PHOENIX — The next time state lawmakers want to see the Wildcats take on the Sun Devils, they may have to buy their own tickets.
Ditto the Phoenix Suns, Arizona Cardinals and the upcoming Super Bowl.
Sen. Michele Reagan, a Republican, is proposing to make it illegal for lobbyists and other special interests to provide free tickets to sports events for lawmakers.
And it’s not just sports. SB1060 would also criminalize tickets for any form of entertainment. So free tickets to everything from rock concerts and Disney on Ice would also be off limits.
Reagan’s plan was derided by Sen. Don Shooter, R-Yuma.
Shooter said there’s nothing wrong with lawmakers getting off campus to discuss issues, even with — and at the expense of — lobbyists. He said legislators should be able to accept such perks as long as they are disclosed to the public.
Reagan countered that she tried last year to force better disclosure, only to have the measure buried by her colleagues.
So she figures the best and cleanest way to do it is simply outlaw the free tickets outright. And Reagan thinks that, this time, she can convince other lawmakers to go along.
“The public has said, loud and clear, they have an issue with legislators getting free tickets, things they have to pay for to go,” Reagan said.
Arizona law generally precludes lawmakers from taking gifts from special interests. But there are many exceptions, including food, travel, speaking fees — and entertainment.
There’s an even bigger exception: Lawmakers can go to sporting events, on a lobbyist’s dime, if every member of a clearly identified group is also invited. That could be as broad as the full Legislature or as narrow as just the members of the House Commerce Committee.
“I’m not saying anybody can’t go,” said Reagan, who is running for Secretary of State. That position is the state’s chief election officer, who also is responsible for reporting of gifts by lobbyists to public officials.
“I’m just saying pay for it,” she said.
The move comes several years after a scandal involving organizers of the Fiesta Bowl, who were accused of trying to improperly influence lawmakers.
Some of that resulted in charges against Fiesta Bowl officials for disguising campaign contributions.
But a separate inquiry into lawmakers who accepted free tickets — and in some cases failed to report the freebies — went nowhere. That’s because Maricopa County Attorney Bill Montgomery concluded the law was so badly worded that the only way to prosecute anyone is to prove they knowingly broke the law.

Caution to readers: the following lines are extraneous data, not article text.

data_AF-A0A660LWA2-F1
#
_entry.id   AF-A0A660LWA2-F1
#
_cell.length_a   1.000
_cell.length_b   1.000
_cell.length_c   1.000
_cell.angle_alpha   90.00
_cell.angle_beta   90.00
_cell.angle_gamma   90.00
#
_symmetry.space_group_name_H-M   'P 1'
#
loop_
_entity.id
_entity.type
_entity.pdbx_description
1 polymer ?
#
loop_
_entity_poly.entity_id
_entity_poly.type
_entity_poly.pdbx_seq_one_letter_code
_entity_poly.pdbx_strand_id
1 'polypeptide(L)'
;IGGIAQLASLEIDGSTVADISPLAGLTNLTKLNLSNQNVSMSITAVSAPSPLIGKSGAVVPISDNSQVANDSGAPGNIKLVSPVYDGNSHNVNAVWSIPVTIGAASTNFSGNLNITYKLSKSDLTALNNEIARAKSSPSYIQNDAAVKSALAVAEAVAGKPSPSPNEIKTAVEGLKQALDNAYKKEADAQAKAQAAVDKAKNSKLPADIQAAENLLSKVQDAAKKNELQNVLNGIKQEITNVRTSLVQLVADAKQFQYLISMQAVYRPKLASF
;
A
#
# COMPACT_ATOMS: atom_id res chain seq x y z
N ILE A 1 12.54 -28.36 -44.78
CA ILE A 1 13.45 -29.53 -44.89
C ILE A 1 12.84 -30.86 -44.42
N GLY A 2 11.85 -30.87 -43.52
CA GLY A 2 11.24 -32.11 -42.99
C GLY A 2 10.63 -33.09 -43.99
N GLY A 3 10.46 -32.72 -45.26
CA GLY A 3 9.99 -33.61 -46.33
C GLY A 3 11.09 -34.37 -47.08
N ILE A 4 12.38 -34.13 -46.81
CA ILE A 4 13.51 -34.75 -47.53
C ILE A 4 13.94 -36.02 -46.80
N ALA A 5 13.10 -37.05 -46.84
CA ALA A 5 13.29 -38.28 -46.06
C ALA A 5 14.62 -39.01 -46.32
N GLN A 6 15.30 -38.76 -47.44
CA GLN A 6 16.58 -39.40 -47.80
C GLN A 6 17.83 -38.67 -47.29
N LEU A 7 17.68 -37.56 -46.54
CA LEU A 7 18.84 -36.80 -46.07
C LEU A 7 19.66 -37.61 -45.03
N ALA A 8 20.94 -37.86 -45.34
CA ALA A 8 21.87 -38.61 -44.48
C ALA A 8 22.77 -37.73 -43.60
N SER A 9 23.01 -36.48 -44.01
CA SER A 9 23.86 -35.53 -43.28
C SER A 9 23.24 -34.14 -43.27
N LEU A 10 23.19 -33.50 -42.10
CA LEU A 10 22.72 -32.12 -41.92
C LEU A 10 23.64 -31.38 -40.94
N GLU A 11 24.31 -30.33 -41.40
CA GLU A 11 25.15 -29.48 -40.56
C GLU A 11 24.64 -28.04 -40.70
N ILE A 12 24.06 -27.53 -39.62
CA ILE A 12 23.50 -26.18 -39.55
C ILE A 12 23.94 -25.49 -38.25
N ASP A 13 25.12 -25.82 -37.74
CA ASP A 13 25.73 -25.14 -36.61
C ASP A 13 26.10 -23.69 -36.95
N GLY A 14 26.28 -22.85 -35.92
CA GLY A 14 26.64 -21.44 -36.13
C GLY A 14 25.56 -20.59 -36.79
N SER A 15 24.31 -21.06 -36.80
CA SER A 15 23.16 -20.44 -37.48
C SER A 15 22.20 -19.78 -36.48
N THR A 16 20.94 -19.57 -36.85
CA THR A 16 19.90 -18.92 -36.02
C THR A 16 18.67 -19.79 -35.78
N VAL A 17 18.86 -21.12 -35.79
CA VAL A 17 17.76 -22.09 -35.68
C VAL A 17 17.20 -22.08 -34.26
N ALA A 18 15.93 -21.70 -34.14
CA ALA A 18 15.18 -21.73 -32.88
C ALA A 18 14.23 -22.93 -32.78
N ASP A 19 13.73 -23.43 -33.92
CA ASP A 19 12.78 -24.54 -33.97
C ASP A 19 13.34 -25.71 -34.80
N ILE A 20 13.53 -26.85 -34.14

Reagan said rather than wrestle with the question of what needs to be disclosed and when, the cleaner way to deal with it would be to make all entertainment gifts off limits.
Shooter said Reagan is making far too much of the issue.
“My feeling is nobody’s going to change their vote for a $20 baseball ticket,” he said. “I mean, it’s just foolishness.”
Shooter also said that sporting events are an opportunity for lawmakers to get away from the Capitol “and the angst and the chaos that sometimes reins here, and in a social situation get together and do some work.”
“And by that, I mean we can just go out and be human,” he clarified.
Shooter said he is not under any illusion that lobbyists, by definition, want to influence lawmakers. But he said that is no reason for new limits.
“I think lobbyists are an easy target,” he said. “And I think there are good lobbyists and bad lobbyists, just like there are good legislators and bad legislators.”
Shooter said a better alternative is oversight and reporting.
“As long as everybody knows what’s going on, then it’s legit,” he said. “If the tobacco industry gives you $10 million, hey, that tells you something.”
Reagan said her legislation would not preclude all gifts from lobbyists. They could still wine and dine lawmakers and even pay for their out-of-town trips.
But she said allowing lobbyists to pay for sporting events and other entertainment is “the most egregious” of the exceptions “and the one I think really, really needs to be cleaned up.”
Even if Reagan manages to get her proposal through the Legislature, it could face an uncertain future on the desk of Gov. Jan Brewer.
In 2011, in the wake of the Fiesta Bowl scandal, Brewer told Capitol Media Services she was in favor of revamping the state’s financial disclosure laws — but only if they did not keep public officials from taking gifts and free trips.
Brewer said better law would guarantee “full disclosure” of what lawmakers and others are taking, and from whom. But the governor said it would be wrong to make it illegal to take things.
“You might not believe this, but there are people in the community that like to give elected officials flowers or tokens of appreciation,” she said. Brewer said a ban would require these items to be returned.
Calls to the governor’s press aide seeking clarification of her views on free entertainment were not immediately returned.
An outright ban on gifts proposed in 2012 by Sens. Ron Gould, R-Lake Havasu City, and David Schapira, D-Tempe, went nowhere, as did Reagan’s 2013 enhanced disclosure plan. But lawmakers were wrestling with the question of whether gifts from lobbyists to lawmakers are improper even before the Fiesta Bowl scandal.
In 1996, for example, legislators did vote to put some limits on gifts, barring the practice of lobbyists giving lawmakers everything from free football tickets to fancy dinners. Exceptions were made for smaller items and meals.
But that was vetoed by then-Gov. Fife Symington, who called the proposal an unnecessary “nanny law.” He argued there were already sufficient laws to deter public corruption, saying calls for additional statutes come from “the media outlets and the morality police who trade in cynicism.”